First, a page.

The following is information on grub control in lawns using beneficial nematodes from the University of Maryland.
Non –Chemical Control of Grubs in Lawns
The interest in non-chemical control of white grubs in lawns is increasing. Japanese beetles are laying eggs in the soil in late July through early August. The newly hatching larvae will be very susceptible to control using beneficial nematodes. Nematodes are microscopic, non-segmented worms which occur naturally in soil all over the world. Beneficial nematodes attack soil dwelling insects and leave plants alone. These predators enter the host through body openings or by penetration of the body wall. Beneficial nematodes are considered safe and EPA has waived the registration requirements for application.
When Heterorhabditis bacteriophora (Hb) nematodes sense the temperature and carbon dioxide emissions of soil-borne insects, they move toward their prey and enter the pest through its body openings. The nematodes carry an associated symbiotic bacterium (Xenorhabdus species) that kills insects within 48 hours. The bacteria is harmless to humans and other organisms and cannot live freely in nature. Several generations of nematodes may live and breed within the dead pest before emerging and seeking more pests in the soil.
Heterorhabditis bacteriophora nematodes are a good choice for white grub control at this time of year. The key is that they need a lot of water to survive in turf areas. Irrigate the day of the application or apply during periods of rain. The lawn area must be keep moist for a couple of days after an application to keep the nematodes alive. Infected grubs become slimy and discolored and turn from white-beige to red-brown within 3 to 5 days after application. Nematodes leave the grub when they reach the infectious third stage to search for new larvae. The nematode population will slowly decrease when no new hosts are present.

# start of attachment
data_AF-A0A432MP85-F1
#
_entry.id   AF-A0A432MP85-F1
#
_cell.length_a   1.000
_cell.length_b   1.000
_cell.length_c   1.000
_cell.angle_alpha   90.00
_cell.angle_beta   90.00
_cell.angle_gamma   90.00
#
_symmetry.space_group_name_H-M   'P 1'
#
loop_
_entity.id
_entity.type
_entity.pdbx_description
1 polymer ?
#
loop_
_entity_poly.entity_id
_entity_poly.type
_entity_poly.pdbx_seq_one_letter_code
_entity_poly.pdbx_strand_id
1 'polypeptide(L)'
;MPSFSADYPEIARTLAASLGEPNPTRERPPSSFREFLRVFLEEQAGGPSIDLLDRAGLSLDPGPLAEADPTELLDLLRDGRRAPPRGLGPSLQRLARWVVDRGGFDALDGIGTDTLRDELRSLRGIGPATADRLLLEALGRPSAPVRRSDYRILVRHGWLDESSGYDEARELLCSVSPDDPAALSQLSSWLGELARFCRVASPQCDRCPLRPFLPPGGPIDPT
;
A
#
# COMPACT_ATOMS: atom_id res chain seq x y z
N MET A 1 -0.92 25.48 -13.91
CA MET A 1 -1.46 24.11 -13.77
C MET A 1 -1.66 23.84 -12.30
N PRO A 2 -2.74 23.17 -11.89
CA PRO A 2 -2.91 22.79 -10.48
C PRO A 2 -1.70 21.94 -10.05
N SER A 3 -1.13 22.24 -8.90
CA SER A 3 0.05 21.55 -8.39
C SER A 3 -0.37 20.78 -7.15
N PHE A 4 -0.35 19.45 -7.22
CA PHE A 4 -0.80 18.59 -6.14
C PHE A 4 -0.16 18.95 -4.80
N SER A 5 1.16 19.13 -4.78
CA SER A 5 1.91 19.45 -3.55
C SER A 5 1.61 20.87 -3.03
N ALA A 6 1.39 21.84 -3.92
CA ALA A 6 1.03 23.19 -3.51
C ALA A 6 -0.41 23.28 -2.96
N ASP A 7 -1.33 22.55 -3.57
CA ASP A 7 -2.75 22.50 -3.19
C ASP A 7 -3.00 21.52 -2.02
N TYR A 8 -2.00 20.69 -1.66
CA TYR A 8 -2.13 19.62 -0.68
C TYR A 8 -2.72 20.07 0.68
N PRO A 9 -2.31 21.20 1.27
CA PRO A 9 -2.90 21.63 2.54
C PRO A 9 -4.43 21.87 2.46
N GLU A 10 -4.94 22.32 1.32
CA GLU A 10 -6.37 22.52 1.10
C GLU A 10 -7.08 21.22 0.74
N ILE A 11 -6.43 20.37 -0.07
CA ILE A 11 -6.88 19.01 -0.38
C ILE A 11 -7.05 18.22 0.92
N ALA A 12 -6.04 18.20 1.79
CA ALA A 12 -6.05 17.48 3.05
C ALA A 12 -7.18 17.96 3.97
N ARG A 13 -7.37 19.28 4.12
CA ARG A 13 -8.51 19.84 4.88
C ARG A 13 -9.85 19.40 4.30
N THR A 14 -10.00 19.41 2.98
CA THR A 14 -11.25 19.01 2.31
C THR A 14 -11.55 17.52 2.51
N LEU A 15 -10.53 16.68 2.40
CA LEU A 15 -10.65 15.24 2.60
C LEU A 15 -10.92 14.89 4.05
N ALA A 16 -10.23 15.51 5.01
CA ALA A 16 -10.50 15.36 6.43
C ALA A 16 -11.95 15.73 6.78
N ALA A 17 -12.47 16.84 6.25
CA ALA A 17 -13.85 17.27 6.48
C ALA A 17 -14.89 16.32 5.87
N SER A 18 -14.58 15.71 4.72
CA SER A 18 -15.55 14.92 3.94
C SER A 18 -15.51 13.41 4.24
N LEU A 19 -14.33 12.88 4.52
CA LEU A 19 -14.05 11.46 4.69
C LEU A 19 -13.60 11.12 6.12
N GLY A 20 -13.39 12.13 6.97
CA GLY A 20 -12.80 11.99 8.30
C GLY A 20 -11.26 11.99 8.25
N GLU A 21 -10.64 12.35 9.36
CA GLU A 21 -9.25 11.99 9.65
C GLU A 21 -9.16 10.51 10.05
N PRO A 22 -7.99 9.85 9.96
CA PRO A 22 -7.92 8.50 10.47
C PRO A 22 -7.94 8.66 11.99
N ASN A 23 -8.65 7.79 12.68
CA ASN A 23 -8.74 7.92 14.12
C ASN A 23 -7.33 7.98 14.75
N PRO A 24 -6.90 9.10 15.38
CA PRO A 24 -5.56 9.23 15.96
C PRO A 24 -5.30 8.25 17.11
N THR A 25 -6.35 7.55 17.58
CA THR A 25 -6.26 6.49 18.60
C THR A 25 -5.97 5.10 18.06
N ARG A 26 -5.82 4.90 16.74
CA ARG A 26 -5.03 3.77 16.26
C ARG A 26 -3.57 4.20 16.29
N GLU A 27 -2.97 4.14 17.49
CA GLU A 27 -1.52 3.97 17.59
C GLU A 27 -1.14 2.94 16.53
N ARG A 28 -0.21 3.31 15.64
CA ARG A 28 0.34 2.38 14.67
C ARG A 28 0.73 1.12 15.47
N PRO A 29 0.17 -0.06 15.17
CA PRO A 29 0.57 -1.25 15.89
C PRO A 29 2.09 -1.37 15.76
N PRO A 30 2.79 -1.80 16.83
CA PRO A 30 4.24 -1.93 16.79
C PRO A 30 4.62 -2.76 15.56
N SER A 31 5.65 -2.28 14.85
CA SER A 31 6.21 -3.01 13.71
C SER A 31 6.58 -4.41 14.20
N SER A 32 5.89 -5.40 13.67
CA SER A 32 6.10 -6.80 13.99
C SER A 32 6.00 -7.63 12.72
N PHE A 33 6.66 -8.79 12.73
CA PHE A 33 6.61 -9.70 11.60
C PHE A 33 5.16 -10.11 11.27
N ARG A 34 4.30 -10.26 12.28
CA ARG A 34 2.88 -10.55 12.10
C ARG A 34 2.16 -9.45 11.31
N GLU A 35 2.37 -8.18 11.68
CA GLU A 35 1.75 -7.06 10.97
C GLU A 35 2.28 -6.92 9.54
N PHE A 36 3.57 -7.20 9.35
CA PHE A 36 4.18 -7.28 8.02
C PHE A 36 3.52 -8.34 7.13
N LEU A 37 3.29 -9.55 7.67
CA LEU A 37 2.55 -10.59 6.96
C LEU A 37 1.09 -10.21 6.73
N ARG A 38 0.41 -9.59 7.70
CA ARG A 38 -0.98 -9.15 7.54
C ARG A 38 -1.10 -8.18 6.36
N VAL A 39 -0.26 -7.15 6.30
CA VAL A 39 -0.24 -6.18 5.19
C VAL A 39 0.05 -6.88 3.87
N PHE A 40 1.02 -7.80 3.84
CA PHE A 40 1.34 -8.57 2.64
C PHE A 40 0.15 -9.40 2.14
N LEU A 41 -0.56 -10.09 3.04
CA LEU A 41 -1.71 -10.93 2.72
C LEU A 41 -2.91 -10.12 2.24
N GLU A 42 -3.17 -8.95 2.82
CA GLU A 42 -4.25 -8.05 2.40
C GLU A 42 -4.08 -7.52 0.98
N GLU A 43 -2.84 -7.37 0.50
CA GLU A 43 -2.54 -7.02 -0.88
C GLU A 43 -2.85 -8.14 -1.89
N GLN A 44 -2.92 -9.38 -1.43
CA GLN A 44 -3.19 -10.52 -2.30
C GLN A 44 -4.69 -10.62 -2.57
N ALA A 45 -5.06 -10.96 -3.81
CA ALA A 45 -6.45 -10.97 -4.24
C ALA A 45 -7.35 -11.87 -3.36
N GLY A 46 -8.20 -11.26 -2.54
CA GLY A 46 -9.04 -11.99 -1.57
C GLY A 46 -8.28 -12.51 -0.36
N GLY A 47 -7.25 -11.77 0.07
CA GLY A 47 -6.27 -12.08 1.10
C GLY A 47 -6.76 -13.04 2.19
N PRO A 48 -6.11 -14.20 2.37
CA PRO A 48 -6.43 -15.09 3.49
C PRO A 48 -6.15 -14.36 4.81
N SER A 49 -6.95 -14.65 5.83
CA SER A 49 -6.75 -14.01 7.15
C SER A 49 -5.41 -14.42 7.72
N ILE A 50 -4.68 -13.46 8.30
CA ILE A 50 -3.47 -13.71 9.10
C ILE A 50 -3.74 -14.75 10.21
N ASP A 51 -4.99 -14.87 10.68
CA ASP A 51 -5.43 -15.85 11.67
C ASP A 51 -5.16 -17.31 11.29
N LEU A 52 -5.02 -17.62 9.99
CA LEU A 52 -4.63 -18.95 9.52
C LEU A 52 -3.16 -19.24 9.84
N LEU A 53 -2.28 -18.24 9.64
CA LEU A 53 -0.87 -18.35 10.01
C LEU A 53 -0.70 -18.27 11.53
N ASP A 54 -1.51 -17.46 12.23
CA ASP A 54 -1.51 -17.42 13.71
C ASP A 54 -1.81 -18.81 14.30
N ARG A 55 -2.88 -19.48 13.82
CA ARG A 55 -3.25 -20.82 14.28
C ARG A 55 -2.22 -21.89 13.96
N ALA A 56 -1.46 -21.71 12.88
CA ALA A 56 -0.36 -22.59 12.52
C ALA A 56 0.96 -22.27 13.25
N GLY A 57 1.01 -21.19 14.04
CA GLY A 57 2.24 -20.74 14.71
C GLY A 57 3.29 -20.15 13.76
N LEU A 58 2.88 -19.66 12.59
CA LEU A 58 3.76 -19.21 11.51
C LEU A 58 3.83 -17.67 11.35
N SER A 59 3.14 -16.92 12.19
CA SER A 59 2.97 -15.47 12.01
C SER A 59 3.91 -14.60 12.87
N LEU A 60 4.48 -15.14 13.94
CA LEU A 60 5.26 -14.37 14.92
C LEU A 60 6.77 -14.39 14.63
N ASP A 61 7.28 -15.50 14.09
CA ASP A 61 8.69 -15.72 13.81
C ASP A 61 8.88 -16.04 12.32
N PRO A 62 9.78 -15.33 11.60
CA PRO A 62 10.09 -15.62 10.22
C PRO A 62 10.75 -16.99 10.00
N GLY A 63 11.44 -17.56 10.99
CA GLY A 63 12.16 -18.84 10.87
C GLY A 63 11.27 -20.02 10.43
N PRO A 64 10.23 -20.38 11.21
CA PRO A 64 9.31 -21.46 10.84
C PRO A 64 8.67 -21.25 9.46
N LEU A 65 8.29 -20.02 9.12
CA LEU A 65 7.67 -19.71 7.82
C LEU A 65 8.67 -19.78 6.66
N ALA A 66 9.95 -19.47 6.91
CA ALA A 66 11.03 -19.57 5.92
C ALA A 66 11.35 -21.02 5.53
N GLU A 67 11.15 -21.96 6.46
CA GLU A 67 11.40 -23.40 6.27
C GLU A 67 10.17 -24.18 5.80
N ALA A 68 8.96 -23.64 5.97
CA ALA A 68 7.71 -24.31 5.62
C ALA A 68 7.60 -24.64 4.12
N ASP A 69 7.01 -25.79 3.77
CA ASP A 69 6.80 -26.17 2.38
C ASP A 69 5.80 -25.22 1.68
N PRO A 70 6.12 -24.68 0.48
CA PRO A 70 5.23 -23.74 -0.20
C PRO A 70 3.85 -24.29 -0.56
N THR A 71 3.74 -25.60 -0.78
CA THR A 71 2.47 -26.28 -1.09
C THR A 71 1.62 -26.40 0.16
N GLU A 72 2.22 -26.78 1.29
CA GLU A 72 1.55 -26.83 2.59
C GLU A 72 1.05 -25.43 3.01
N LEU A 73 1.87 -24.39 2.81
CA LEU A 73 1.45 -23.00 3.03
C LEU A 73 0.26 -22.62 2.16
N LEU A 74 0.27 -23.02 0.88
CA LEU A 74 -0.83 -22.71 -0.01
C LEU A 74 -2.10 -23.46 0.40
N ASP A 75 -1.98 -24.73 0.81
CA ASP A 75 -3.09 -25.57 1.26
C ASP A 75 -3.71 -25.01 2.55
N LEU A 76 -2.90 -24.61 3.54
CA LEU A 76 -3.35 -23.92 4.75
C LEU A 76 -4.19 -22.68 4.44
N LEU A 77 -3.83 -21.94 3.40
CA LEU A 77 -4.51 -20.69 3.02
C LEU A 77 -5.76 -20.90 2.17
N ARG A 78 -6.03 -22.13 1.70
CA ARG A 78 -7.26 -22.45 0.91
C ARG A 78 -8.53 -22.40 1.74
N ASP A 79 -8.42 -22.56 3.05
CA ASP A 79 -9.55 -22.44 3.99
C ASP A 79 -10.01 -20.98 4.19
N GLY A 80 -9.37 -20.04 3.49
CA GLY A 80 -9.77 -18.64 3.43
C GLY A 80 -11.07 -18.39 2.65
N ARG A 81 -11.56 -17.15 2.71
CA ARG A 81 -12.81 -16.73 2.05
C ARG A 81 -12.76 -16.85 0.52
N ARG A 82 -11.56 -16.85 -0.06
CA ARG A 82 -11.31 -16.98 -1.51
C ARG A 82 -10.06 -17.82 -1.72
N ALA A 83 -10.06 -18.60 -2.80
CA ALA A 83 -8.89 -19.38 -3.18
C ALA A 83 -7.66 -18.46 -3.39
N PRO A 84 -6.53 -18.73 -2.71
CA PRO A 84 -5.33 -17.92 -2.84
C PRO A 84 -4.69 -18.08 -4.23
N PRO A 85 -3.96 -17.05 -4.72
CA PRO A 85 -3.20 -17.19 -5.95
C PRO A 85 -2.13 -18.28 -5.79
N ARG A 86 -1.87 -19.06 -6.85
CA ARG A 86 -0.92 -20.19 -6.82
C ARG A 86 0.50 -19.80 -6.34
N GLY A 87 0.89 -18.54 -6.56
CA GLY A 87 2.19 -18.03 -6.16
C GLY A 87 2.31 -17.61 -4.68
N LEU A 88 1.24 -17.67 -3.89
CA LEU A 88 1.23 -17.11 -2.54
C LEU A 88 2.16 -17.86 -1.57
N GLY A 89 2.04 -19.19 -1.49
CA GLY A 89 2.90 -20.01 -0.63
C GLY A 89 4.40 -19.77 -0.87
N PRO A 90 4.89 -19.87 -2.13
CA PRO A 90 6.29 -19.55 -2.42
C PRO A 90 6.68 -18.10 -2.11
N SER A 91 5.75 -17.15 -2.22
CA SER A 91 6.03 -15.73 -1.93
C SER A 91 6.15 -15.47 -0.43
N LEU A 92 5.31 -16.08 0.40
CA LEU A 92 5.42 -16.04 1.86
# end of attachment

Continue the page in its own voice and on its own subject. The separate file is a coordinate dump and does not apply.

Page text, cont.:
Checking to Make Sure Nematodes Are Alive is Essential: It’s critical when using beneficial nematodes to check the population to make sure they are alive at application time. Draw off a small sample and examine the water with nematodes under a magnification of 20X. Live nematodes will be slightly curved and moving. Dead nematodes are still and straight as a board.
Information from Stanton Gill, University of Maryland http://www.ipmnet.umd.edu/09Jul24L.pdf